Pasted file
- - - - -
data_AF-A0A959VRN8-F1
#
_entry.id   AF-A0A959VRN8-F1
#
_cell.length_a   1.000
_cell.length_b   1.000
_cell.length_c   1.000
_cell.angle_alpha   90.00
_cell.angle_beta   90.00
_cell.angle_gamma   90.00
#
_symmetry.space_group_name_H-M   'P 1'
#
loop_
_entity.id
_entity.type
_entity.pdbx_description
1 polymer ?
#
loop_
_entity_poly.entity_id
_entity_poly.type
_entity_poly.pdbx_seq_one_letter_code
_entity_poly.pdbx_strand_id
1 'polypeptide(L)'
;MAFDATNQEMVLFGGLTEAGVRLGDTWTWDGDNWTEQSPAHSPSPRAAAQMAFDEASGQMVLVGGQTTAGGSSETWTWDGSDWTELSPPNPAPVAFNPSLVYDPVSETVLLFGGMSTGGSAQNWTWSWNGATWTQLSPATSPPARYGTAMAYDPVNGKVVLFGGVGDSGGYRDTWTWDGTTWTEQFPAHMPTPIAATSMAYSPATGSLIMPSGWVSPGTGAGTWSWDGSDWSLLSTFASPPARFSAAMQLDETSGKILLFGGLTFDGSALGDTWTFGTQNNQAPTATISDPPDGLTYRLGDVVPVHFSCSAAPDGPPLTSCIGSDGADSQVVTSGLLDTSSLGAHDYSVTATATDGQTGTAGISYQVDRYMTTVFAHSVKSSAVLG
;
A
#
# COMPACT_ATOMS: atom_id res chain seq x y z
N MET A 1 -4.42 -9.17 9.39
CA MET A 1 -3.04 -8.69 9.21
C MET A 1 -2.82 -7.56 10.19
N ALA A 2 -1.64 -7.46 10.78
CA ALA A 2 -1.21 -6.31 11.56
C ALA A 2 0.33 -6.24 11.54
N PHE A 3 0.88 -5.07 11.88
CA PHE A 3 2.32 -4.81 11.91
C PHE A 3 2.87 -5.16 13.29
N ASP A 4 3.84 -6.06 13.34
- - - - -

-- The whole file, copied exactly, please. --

data_AF-A0A959VRN8-F1
#
_entry.id   AF-A0A959VRN8-F1
#
_cell.length_a   1.000
_cell.length_b   1.000
_cell.length_c   1.000
_cell.angle_alpha   90.00
_cell.angle_beta   90.00
_cell.angle_gamma   90.00
#
_symmetry.space_group_name_H-M   'P 1'
#
loop_
_entity.id
_entity.type
_entity.pdbx_description
1 polymer ?
#
loop_
_entity_poly.entity_id
_entity_poly.type
_entity_poly.pdbx_seq_one_letter_code
_entity_poly.pdbx_strand_id
1 'polypeptide(L)'
;MAFDATNQEMVLFGGLTEAGVRLGDTWTWDGDNWTEQSPAHSPSPRAAAQMAFDEASGQMVLVGGQTTAGGSSETWTWDGSDWTELSPPNPAPVAFNPSLVYDPVSETVLLFGGMSTGGSAQNWTWSWNGATWTQLSPATSPPARYGTAMAYDPVNGKVVLFGGVGDSGGYRDTWTWDGTTWTEQFPAHMPTPIAATSMAYSPATGSLIMPSGWVSPGTGAGTWSWDGSDWSLLSTFASPPARFSAAMQLDETSGKILLFGGLTFDGSALGDTWTFGTQNNQAPTATISDPPDGLTYRLGDVVPVHFSCSAAPDGPPLTSCIGSDGADSQVVTSGLLDTSSLGAHDYSVTATATDGQTGTAGISYQVDRYMTTVFAHSVKSSAVLG
;
A
#
# COMPACT_ATOMS: atom_id res chain seq x y z
N MET A 1 -4.42 -9.17 9.39
CA MET A 1 -3.04 -8.69 9.21
C MET A 1 -2.82 -7.56 10.19
N ALA A 2 -1.64 -7.46 10.78
CA ALA A 2 -1.21 -6.31 11.56
C ALA A 2 0.33 -6.24 11.54
N PHE A 3 0.88 -5.07 11.88
CA PHE A 3 2.32 -4.81 11.91
C PHE A 3 2.87 -5.16 13.29
N ASP A 4 3.84 -6.06 13.34